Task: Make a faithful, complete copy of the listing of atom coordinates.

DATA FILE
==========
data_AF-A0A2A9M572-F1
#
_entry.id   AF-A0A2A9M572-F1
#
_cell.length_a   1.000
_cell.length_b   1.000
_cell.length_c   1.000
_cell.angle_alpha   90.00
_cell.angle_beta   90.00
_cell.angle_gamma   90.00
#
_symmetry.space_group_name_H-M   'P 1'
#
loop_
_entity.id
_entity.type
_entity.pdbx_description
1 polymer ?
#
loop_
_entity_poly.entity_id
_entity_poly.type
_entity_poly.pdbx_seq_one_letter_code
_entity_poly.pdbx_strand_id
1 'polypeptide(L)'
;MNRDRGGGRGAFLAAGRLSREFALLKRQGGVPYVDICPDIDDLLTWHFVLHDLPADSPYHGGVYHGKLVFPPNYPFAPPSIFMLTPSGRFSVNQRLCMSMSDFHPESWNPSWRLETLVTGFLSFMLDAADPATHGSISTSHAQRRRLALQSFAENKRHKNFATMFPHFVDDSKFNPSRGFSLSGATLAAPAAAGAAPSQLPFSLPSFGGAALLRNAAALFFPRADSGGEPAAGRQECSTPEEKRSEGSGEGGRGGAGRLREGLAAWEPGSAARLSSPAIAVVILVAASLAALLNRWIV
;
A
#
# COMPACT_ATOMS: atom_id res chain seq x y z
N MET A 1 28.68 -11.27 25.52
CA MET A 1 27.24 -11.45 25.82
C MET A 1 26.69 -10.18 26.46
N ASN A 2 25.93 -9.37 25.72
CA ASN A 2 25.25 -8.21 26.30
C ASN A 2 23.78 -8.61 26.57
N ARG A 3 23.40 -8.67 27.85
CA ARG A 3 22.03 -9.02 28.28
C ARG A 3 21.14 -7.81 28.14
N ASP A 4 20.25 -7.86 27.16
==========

data_AF-A0A2A9M572-F1
#
_entry.id   AF-A0A2A9M572-F1
#
_cell.length_a   1.000
_cell.length_b   1.000
_cell.length_c   1.000
_cell.angle_alpha   90.00
_cell.angle_beta   90.00
_cell.angle_gamma   90.00
#
_symmetry.space_group_name_H-M   'P 1'
#
loop_
_entity.id
_entity.type
_entity.pdbx_description
1 polymer ?
#
loop_
_entity_poly.entity_id
_entity_poly.type
_entity_poly.pdbx_seq_one_letter_code
_entity_poly.pdbx_strand_id
1 'polypeptide(L)'
;MNRDRGGGRGAFLAAGRLSREFALLKRQGGVPYVDICPDIDDLLTWHFVLHDLPADSPYHGGVYHGKLVFPPNYPFAPPSIFMLTPSGRFSVNQRLCMSMSDFHPESWNPSWRLETLVTGFLSFMLDAADPATHGSISTSHAQRRRLALQSFAENKRHKNFATMFPHFVDDSKFNPSRGFSLSGATLAAPAAAGAAPSQLPFSLPSFGGAALLRNAAALFFPRADSGGEPAAGRQECSTPEEKRSEGSGEGGRGGAGRLREGLAAWEPGSAARLSSPAIAVVILVAASLAALLNRWIV
;
A
#
# COMPACT_ATOMS: atom_id res chain seq x y z
N MET A 1 28.68 -11.27 25.52
CA MET A 1 27.24 -11.45 25.82
C MET A 1 26.69 -10.18 26.46
N ASN A 2 25.93 -9.37 25.72
CA ASN A 2 25.25 -8.21 26.30
C ASN A 2 23.78 -8.61 26.57
N ARG A 3 23.40 -8.67 27.85
CA ARG A 3 22.03 -9.02 28.28
C ARG A 3 21.14 -7.81 28.14
N ASP A 4 20.25 -7.86 27.16